For those adopting a digital lifestyle, the home is becoming a complex and hard to manage collection of computers. Our immediate and extended family brings home a diverse set of digital electronic gadgets. These gadgets are not islands, but instead are meant to transmit, consume, share, and synchronize music, video, and information with a range of other devices. The number of digital devices, connections and settings results in a huge number of configurations; some of which work but many that do not.

The work to setup and maintain the array of digital living devices in the home is similar to the work of IT professionals in the enterprise. But at home, rarely are there professionals with the benefit of help desks, problem tickets, and problem tracking systems. Indeed the growing complexity of interconnected digital devices results in more and more time spent solving problems with those devices and their configurations, an important part of computer use that we call "IT@Home".

The way in which individuals approach IT@Home, particularly how they solve or merely mitigate problems with complex devices and configurations, is the focus of this workshop. Individuals approach a solution from many possible directions; asking questions of a local guru, searching the web, posting questions to Usenet or manufacturer forums, some even resort to returning the offending device and selecting something from a different manufacturer. While "ease of use" is an important design goal, device complexity, a multiplicity of possible connections, and legacy devices will result in complex configurations that generate problems that cannot always be prevented by good design.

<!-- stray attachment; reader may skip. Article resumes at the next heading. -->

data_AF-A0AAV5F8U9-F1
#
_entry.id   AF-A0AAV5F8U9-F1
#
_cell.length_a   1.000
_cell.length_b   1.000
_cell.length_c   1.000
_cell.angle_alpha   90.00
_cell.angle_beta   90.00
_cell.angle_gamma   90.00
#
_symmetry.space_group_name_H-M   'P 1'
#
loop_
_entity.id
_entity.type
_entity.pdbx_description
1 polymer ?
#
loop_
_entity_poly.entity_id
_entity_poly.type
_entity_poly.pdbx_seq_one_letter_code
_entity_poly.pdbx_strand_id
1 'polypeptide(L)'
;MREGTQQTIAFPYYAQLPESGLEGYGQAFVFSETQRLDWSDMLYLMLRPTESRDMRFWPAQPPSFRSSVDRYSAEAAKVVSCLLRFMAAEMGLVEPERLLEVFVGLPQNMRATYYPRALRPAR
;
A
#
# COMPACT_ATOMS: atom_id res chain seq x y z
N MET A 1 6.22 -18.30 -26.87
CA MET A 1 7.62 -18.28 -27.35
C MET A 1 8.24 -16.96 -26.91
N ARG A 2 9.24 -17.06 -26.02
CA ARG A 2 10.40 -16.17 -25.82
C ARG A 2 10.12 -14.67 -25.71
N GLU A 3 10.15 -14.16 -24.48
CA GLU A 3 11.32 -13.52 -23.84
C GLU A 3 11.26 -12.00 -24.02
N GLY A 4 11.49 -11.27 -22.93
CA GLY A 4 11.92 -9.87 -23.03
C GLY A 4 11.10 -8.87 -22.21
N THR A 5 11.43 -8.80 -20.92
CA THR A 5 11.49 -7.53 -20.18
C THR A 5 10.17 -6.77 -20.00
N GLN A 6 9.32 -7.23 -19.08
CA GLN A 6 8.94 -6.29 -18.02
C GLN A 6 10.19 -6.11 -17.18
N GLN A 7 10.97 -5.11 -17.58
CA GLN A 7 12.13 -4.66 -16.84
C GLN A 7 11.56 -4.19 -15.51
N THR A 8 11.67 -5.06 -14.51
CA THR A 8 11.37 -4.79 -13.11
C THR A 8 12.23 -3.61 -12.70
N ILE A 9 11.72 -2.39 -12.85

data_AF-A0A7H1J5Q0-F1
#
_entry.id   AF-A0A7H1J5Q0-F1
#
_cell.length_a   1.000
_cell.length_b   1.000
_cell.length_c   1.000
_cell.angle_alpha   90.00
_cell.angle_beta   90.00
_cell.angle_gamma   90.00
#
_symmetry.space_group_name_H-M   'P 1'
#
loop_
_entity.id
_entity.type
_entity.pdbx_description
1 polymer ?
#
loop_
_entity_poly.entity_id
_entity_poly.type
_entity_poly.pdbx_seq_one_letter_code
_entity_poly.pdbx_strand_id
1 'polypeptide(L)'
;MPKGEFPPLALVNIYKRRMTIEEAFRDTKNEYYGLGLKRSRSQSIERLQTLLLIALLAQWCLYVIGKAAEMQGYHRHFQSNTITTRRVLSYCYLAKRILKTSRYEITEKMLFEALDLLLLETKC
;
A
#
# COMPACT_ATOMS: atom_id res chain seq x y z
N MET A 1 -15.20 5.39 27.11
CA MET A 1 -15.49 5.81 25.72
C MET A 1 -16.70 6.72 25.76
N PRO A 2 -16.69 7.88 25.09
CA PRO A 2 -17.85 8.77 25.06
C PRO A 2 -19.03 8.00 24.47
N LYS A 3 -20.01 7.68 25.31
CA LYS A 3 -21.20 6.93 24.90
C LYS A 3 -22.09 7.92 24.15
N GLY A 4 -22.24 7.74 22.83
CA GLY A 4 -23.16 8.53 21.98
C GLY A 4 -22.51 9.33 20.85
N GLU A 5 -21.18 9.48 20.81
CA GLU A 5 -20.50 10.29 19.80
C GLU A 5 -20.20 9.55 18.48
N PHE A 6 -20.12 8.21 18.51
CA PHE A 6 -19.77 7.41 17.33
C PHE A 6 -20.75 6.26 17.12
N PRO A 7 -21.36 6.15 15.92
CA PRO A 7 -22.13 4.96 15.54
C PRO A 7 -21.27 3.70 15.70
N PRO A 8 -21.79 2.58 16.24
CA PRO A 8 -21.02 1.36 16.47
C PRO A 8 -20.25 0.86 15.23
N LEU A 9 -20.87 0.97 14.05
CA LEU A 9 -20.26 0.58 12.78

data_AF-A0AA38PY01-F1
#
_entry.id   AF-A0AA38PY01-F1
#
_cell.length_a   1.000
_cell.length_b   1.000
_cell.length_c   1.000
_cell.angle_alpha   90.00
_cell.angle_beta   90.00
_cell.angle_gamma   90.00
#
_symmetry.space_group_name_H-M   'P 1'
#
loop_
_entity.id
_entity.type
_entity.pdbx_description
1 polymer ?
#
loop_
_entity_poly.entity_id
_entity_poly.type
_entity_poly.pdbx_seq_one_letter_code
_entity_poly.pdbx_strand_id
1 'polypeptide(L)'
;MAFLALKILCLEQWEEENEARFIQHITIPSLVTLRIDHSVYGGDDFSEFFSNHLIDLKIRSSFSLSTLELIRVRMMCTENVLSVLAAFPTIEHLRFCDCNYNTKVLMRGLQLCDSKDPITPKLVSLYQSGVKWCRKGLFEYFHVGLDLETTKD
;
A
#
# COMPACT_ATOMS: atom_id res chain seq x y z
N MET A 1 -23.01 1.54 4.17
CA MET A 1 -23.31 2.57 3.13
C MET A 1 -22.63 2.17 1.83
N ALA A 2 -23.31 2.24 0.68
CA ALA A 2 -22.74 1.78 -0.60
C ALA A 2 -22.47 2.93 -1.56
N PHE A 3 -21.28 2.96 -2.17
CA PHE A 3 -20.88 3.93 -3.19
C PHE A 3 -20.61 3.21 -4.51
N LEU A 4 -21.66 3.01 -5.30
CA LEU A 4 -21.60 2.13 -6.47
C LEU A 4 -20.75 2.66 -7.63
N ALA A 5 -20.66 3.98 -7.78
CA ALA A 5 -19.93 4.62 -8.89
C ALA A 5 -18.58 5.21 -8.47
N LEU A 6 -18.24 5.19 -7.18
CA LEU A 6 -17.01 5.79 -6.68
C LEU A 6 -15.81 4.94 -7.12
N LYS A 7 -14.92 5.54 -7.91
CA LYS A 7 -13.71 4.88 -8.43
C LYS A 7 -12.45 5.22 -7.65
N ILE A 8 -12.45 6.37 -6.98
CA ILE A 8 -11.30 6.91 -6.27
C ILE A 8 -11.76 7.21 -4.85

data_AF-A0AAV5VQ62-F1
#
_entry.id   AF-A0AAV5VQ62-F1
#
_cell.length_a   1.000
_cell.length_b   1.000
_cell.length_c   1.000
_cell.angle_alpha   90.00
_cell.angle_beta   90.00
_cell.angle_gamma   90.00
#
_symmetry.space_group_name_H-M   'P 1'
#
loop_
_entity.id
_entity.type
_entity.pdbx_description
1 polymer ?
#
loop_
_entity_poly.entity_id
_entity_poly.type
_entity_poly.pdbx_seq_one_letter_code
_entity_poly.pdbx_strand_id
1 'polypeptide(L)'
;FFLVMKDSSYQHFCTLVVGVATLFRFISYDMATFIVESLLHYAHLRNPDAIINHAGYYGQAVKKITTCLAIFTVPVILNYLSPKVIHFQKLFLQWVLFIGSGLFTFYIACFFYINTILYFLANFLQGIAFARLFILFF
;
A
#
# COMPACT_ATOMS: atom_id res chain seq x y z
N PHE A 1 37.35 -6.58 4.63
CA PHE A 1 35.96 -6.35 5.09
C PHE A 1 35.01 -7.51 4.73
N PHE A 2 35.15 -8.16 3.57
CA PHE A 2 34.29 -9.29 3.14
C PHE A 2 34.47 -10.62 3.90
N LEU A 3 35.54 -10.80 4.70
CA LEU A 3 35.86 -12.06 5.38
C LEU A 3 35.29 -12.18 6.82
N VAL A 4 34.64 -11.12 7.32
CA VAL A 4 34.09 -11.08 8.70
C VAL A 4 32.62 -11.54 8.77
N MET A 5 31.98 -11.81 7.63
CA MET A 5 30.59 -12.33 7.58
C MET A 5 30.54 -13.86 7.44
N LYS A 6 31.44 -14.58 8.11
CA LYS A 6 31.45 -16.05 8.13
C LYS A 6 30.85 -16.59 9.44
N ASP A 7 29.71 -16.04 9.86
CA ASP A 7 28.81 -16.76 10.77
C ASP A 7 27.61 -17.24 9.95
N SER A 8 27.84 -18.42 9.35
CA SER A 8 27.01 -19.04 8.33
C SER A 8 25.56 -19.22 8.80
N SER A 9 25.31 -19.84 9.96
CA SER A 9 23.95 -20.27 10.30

Workshop Focus

This full-day workshop will bring together social scientists, user centered designers and system builders to address ways to better understand IT@Home. The workshop will consider four specific areas:

  • Perspectives – How does IT and peer support in a large business enterprise differ from IT@Home? How does IT@Home relate to small office IT? How is adoption at home different from the enterprise? What theories apply when studying IT@Home?
  • Problem Framing – What are the important problems when studying and understanding IT@Home? Are the problems largely technical, device design, interconnection or protocol standards? Are there critical social issues, such as household status, power, economic control, that must be considered?
  • Empirical Study – How can we effectively study home IT work? Many people feel they are spending a large amount of time getting their technology to work, but how and when does the work occur? Invasive or heavyweight data collection methods might interfere with the environment and the validity of the data; expecting participants to remember what has happened in the past is unreliable. Which data collection techniques or instrumentation techniques allow us to study IT@Home?
  • Design – How or should the concept of "ease of use" be expanded to encompass IT@Home? Are there design directions that allow better home IT management? What are some social, organizational, or device design considerations for managing home IT work?